The Policy provisions relevant to this dispute provide:

Termination of Employee's Insurance
An employee will cease to be insured on the earliest of the following dates:
the end of the month in which employment terminates. Ceasing to be Actively at Work will be deemed termination of employment, except:
the Policyholder may continue the insurance by paying the required premiums, subject to the following:
* * *
For Life Insurance-insurance may be continued for up to 12 months after an Employee is absent from work due to Injury or Sickness. However, if an Employee is under age 65, the Employer may continue an Employees insurance until the earlier of [] the date the Employee attains age 70; or [] the date the Employee is no longer receiving Long Term Disability benefits under the Employer's plan.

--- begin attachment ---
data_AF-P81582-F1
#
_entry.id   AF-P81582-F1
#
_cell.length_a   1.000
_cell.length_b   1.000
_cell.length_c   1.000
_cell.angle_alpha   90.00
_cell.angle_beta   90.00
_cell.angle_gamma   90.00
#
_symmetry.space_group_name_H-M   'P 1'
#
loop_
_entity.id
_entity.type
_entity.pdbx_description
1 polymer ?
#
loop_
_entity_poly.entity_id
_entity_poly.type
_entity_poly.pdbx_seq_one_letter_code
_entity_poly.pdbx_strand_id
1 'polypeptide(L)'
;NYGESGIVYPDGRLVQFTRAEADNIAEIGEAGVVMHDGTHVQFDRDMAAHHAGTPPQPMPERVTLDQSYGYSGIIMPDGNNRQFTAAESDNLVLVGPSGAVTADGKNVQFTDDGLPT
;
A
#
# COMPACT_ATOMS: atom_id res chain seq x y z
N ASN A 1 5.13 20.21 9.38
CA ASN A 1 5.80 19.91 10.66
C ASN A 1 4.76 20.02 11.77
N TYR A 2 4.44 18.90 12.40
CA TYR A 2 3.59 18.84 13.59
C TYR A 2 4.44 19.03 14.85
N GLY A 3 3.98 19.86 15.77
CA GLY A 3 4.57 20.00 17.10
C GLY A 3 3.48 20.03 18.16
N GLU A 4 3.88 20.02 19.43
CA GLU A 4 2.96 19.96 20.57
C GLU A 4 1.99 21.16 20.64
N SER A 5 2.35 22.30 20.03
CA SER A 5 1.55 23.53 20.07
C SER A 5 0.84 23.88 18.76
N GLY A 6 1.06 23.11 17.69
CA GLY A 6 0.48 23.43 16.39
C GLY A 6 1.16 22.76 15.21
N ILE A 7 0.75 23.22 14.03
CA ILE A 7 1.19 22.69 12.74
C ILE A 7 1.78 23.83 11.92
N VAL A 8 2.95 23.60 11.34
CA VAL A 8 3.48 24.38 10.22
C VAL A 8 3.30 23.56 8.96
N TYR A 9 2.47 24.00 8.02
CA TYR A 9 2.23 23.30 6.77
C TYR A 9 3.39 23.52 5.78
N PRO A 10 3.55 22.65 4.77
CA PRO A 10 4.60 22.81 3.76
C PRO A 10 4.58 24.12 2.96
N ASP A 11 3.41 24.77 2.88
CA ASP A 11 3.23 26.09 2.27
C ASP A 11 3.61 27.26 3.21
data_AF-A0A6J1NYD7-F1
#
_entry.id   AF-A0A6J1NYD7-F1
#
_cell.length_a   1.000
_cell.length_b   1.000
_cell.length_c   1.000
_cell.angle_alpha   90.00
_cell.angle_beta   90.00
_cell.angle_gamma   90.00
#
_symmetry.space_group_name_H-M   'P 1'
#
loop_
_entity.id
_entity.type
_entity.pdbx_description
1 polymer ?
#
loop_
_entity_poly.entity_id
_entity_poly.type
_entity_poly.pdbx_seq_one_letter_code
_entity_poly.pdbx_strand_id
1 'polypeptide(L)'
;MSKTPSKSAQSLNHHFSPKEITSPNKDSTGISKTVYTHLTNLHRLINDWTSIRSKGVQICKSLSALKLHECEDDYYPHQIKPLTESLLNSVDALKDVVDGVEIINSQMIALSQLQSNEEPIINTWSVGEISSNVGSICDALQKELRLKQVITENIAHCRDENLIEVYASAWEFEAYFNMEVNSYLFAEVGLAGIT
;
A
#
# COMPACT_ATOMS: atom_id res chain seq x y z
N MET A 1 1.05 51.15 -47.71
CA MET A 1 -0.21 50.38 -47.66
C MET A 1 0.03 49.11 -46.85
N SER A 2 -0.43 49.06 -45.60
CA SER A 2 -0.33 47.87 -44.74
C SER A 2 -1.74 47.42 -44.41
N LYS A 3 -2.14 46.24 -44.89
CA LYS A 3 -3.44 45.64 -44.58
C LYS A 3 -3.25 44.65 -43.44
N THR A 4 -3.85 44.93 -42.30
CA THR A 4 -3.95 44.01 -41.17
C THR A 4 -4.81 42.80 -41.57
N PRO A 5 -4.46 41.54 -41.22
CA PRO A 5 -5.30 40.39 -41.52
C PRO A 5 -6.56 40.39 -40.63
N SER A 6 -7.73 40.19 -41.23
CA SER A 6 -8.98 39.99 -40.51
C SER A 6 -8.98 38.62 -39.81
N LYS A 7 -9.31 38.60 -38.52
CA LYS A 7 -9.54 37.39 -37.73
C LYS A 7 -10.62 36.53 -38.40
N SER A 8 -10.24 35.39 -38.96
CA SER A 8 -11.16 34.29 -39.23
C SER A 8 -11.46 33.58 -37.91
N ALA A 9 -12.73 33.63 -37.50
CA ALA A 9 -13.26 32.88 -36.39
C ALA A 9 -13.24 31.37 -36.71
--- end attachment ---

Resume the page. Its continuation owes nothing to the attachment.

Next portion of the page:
(Policy at 30).

         To convert from group coverage to individual coverage, the Policy provided:

If all or part of an Employee's Life Insurance ceases or reduces due to: [] termination of his employment; or [] termination of his membership in an Eligible Class . . . then the Employee may apply for an individual policy on his own life up to the amount that ceased.

(Policy at 19).

         To convert to an individual policy, a: